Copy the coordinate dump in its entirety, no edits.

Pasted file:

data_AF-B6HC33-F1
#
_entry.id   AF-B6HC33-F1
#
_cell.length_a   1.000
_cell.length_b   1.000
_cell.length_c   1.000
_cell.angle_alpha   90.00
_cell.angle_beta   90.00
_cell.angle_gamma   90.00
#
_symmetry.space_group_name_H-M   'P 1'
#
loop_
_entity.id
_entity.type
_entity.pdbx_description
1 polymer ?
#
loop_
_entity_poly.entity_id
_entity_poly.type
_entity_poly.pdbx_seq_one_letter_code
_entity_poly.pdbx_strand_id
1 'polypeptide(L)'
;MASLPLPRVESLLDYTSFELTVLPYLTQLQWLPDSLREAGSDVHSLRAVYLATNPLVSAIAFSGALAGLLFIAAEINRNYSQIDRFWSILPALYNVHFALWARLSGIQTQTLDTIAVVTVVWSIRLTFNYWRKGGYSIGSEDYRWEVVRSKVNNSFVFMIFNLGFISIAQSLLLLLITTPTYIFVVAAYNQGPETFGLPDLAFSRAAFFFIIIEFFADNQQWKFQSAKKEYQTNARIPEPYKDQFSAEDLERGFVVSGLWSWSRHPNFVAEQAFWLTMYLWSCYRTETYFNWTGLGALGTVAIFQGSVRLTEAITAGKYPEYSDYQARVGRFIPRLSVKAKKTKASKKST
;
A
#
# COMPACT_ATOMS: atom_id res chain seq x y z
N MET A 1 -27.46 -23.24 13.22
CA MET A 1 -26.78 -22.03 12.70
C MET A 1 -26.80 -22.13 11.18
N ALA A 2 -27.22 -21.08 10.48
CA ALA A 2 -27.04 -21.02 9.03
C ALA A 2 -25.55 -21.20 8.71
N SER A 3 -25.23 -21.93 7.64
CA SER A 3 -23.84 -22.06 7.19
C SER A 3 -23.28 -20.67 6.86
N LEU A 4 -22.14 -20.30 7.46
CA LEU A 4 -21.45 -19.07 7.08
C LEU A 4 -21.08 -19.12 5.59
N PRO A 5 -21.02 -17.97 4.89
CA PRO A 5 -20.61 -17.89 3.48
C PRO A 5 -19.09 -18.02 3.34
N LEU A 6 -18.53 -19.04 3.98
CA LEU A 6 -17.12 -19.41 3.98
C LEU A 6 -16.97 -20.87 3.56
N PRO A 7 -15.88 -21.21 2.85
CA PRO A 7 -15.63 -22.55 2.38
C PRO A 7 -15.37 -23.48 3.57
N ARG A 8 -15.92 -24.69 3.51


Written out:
data_AF-B6HC33-F1
#
_entry.id   AF-B6HC33-F1
#
_cell.length_a   1.000
_cell.length_b   1.000
_cell.length_c   1.000
_cell.angle_alpha   90.00
_cell.angle_beta   90.00
_cell.angle_gamma   90.00
#
_symmetry.space_group_name_H-M   'P 1'
#
loop_
_entity.id
_entity.type
_entity.pdbx_description
1 polymer ?
#
loop_
_entity_poly.entity_id
_entity_poly.type
_entity_poly.pdbx_seq_one_letter_code
_entity_poly.pdbx_strand_id
1 'polypeptide(L)'
;MASLPLPRVESLLDYTSFELTVLPYLTQLQWLPDSLREAGSDVHSLRAVYLATNPLVSAIAFSGALAGLLFIAAEINRNYSQIDRFWSILPALYNVHFALWARLSGIQTQTLDTIAVVTVVWSIRLTFNYWRKGGYSIGSEDYRWEVVRSKVNNSFVFMIFNLGFISIAQSLLLLLITTPTYIFVVAAYNQGPETFGLPDLAFSRAAFFFIIIEFFADNQQWKFQSAKKEYQTNARIPEPYKDQFSAEDLERGFVVSGLWSWSRHPNFVAEQAFWLTMYLWSCYRTETYFNWTGLGALGTVAIFQGSVRLTEAITAGKYPEYSDYQARVGRFIPRLSVKAKKTKASKKST
;
A
#
# COMPACT_ATOMS: atom_id res chain seq x y z
N MET A 1 -27.46 -23.24 13.22
CA MET A 1 -26.78 -22.03 12.70
C MET A 1 -26.80 -22.13 11.18
N ALA A 2 -27.22 -21.08 10.48
CA ALA A 2 -27.04 -21.02 9.03
C ALA A 2 -25.55 -21.20 8.71
N SER A 3 -25.23 -21.93 7.64
CA SER A 3 -23.84 -22.06 7.19
C SER A 3 -23.28 -20.67 6.86
N LEU A 4 -22.14 -20.30 7.46
CA LEU A 4 -21.45 -19.07 7.08
C LEU A 4 -21.08 -19.12 5.59
N PRO A 5 -21.02 -17.97 4.89
CA PRO A 5 -20.61 -17.89 3.48
C PRO A 5 -19.09 -18.02 3.34
N LEU A 6 -18.53 -19.04 3.98
CA LEU A 6 -17.12 -19.41 3.98
C LEU A 6 -16.97 -20.87 3.56
N PRO A 7 -15.88 -21.21 2.85
CA PRO A 7 -15.63 -22.55 2.38
C PRO A 7 -15.37 -23.48 3.57
N ARG A 8 -15.92 -24.69 3.51